Vegan peanut butter cookie from Common Ground. Uncommonly good is beyond accurate.
Vegan cranberry orange scone. The best scone I've ever had.
On my most recent visit to Common Ground, I was ravenous. So so so ravenous. Then, I was overwhelmed with options, thus preventing me from acquiring food efficiently. Vegan cardboard would've tasted good by the time I finally settled on a house-made chickpea salad that looked and tasted more like potato salad and house-made cajun spiced tofu. Though it might have been the hunger, I couldn't handle just how great the chickpea salad and tofu were. I kept raving. Perhaps my company wanted to talk about other things. Unfortunately, I had food on my mind and finally entering my system. I vowed to myself that as soon as I had the opportunity to get into the kitchen again I would remake the chickpea salad. A busy storm struck, and it wasn't until dinner today that I had the time to get to work on re-creating the salad.
My brother, Dan, who is also vegan, told me that the co-op used veganaise in the chickpea salad. I've never purchased veganaise and really was not in the mood to start today. I've made a vegan potato salad without it before, so I knew it could be done. I drew on Detoxinista's potato salad recipe for inspiration. Avocado for creaminess? That sounds stellar. When all was said and done, I decided my salad was better than the one from Common Ground! Blasphemy! ...but actually.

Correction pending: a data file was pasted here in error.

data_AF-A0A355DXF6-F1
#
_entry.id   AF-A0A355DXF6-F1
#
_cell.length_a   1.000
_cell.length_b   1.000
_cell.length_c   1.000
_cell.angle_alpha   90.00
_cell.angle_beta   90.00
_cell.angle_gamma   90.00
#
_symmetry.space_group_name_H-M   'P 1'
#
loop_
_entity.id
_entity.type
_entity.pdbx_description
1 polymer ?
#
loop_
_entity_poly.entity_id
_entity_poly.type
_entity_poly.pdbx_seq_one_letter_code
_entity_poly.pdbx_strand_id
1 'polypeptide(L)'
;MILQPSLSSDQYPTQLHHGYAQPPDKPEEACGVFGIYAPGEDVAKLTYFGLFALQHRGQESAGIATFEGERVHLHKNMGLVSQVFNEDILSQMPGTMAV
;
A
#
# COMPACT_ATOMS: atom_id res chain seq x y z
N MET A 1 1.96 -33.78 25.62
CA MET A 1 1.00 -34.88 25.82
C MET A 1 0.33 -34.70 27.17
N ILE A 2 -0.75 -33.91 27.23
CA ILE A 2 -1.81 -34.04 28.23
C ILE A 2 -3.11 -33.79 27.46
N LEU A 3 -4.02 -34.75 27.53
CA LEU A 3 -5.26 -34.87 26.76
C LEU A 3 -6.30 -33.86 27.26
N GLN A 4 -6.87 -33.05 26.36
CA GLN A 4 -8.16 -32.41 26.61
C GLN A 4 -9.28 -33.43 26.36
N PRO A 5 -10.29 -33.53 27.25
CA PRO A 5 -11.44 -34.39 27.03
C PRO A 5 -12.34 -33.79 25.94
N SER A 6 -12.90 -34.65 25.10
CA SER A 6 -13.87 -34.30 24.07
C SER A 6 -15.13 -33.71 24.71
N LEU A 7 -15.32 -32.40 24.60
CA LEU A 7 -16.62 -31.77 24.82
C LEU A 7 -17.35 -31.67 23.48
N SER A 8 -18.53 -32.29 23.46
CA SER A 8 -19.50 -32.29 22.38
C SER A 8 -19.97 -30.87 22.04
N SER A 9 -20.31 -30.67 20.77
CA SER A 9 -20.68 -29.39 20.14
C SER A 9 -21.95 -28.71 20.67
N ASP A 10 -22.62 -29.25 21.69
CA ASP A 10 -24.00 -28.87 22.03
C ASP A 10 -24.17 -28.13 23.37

Creamy Dilly Chickpea Salad
2 cans of chickpeas/garbanzo beans (16 oz/each) rinsed and drained
1/3 c. dijon mustard
3/4 c. cucumber (1 small cucumber) diced very small
3/4 c. celery diced very small
1/3 c. onion diced very small
juice from 1/2 lemon
1 heaping tbsp. dry dill weed
1 heaping tbsp. dry dill weed
black pepper to taste
1. Place the finely diced veggies in a large mixing bowl and add one can (16 oz) of drained chickpeas to the bowl.
2. Put the avocado and dijon mustard through a blender or food processor until smooth. This will be a thick mixture, so use a rubber spatula to get it all out of your blending apparatus and into the same mixing bowl as the veggies.
3. Without cleaning your blending apparatus, blend the second can of drained chickpeas. Do not blend until the mixture is pureed. This would be difficult to do since there is no liquid, but don't try to force it. Remove the chickpeas from the blender when the mixture is chunky -- some chickpeas should still be partially in tact. Once again, use your rubber spatula to add the broken down chickpeas to the mix.
4. Add lemon juice, dry dill weed, and black pepper. Mix. Take a bean masher and mash all of the contents of the bowl. At this point, alternate mixing and mashing until everything is well incorporated. Your final product will be chunky (because of the generous amount of add-in vegetables and the whole and near-whole chickpeas that remain) and creamy.
5. Enjoy immediately or refrigerate. This would work well in a pita, on top of toast, or wrapped in large leafy vegetables such as collard greens or romaine. But for my personal favorite, all you have to do is turn the camera a bit:
You should probably do this. If you're smart that is. Cut off the tops and remove the seeds from red, orange, or yellow baby bell peppers and stuff them generously with the salad. Crunch away!